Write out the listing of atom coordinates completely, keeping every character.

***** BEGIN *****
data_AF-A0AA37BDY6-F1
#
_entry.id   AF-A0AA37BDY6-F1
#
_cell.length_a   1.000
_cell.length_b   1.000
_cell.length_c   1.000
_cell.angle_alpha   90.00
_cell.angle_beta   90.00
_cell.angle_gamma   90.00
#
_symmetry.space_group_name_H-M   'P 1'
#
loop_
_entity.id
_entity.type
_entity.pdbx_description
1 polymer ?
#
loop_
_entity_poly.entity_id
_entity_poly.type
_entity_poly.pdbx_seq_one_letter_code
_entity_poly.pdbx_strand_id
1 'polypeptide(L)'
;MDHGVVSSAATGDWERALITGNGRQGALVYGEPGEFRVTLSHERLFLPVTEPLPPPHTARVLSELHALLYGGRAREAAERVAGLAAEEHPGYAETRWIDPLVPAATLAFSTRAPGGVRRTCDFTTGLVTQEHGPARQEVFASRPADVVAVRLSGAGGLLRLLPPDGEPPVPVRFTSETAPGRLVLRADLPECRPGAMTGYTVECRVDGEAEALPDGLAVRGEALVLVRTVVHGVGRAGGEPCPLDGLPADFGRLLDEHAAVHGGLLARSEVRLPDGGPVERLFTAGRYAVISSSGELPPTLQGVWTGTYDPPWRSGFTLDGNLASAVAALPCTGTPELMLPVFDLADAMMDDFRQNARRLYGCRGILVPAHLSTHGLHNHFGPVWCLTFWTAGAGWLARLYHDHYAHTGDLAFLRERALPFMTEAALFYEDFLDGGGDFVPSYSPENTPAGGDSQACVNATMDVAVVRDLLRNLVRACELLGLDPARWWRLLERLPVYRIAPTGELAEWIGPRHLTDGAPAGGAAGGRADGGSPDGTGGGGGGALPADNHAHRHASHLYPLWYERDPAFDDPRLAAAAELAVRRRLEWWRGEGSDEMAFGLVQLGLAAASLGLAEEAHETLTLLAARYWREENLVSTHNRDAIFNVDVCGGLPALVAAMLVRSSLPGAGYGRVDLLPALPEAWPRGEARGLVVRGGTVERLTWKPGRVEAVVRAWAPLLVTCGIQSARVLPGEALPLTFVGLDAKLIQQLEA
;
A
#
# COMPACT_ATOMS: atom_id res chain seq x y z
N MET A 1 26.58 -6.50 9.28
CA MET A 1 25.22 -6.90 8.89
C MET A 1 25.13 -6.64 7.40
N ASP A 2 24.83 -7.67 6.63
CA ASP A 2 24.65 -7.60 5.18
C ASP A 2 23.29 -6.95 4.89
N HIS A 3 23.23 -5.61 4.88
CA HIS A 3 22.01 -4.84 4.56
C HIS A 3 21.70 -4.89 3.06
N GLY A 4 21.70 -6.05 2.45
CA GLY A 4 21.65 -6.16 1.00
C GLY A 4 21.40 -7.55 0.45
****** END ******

data_AF-A0AA37BDY6-F1
#
_entry.id   AF-A0AA37BDY6-F1
#
_cell.length_a   1.000
_cell.length_b   1.000
_cell.length_c   1.000
_cell.angle_alpha   90.00
_cell.angle_beta   90.00
_cell.angle_gamma   90.00
#
_symmetry.space_group_name_H-M   'P 1'
#
loop_
_entity.id
_entity.type
_entity.pdbx_description
1 polymer ?
#
loop_
_entity_poly.entity_id
_entity_poly.type
_entity_poly.pdbx_seq_one_letter_code
_entity_poly.pdbx_strand_id
1 'polypeptide(L)'
;MDHGVVSSAATGDWERALITGNGRQGALVYGEPGEFRVTLSHERLFLPVTEPLPPPHTARVLSELHALLYGGRAREAAERVAGLAAEEHPGYAETRWIDPLVPAATLAFSTRAPGGVRRTCDFTTGLVTQEHGPARQEVFASRPADVVAVRLSGAGGLLRLLPPDGEPPVPVRFTSETAPGRLVLRADLPECRPGAMTGYTVECRVDGEAEALPDGLAVRGEALVLVRTVVHGVGRAGGEPCPLDGLPADFGRLLDEHAAVHGGLLARSEVRLPDGGPVERLFTAGRYAVISSSGELPPTLQGVWTGTYDPPWRSGFTLDGNLASAVAALPCTGTPELMLPVFDLADAMMDDFRQNARRLYGCRGILVPAHLSTHGLHNHFGPVWCLTFWTAGAGWLARLYHDHYAHTGDLAFLRERALPFMTEAALFYEDFLDGGGDFVPSYSPENTPAGGDSQACVNATMDVAVVRDLLRNLVRACELLGLDPARWWRLLERLPVYRIAPTGELAEWIGPRHLTDGAPAGGAAGGRADGGSPDGTGGGGGGALPADNHAHRHASHLYPLWYERDPAFDDPRLAAAAELAVRRRLEWWRGEGSDEMAFGLVQLGLAAASLGLAEEAHETLTLLAARYWREENLVSTHNRDAIFNVDVCGGLPALVAAMLVRSSLPGAGYGRVDLLPALPEAWPRGEARGLVVRGGTVERLTWKPGRVEAVVRAWAPLLVTCGIQSARVLPGEALPLTFVGLDAKLIQQLEA
;
A
#
# COMPACT_ATOMS: atom_id res chain seq x y z
N MET A 1 26.58 -6.50 9.28
CA MET A 1 25.22 -6.90 8.89
C MET A 1 25.13 -6.64 7.40
N ASP A 2 24.83 -7.67 6.63
CA ASP A 2 24.65 -7.60 5.18
C ASP A 2 23.29 -6.95 4.89
N HIS A 3 23.23 -5.61 4.88
CA HIS A 3 22.01 -4.84 4.56
C HIS A 3 21.70 -4.89 3.06
N GLY A 4 21.70 -6.05 2.45
CA GLY A 4 21.65 -6.16 1.00
C GLY A 4 21.40 -7.55 0.45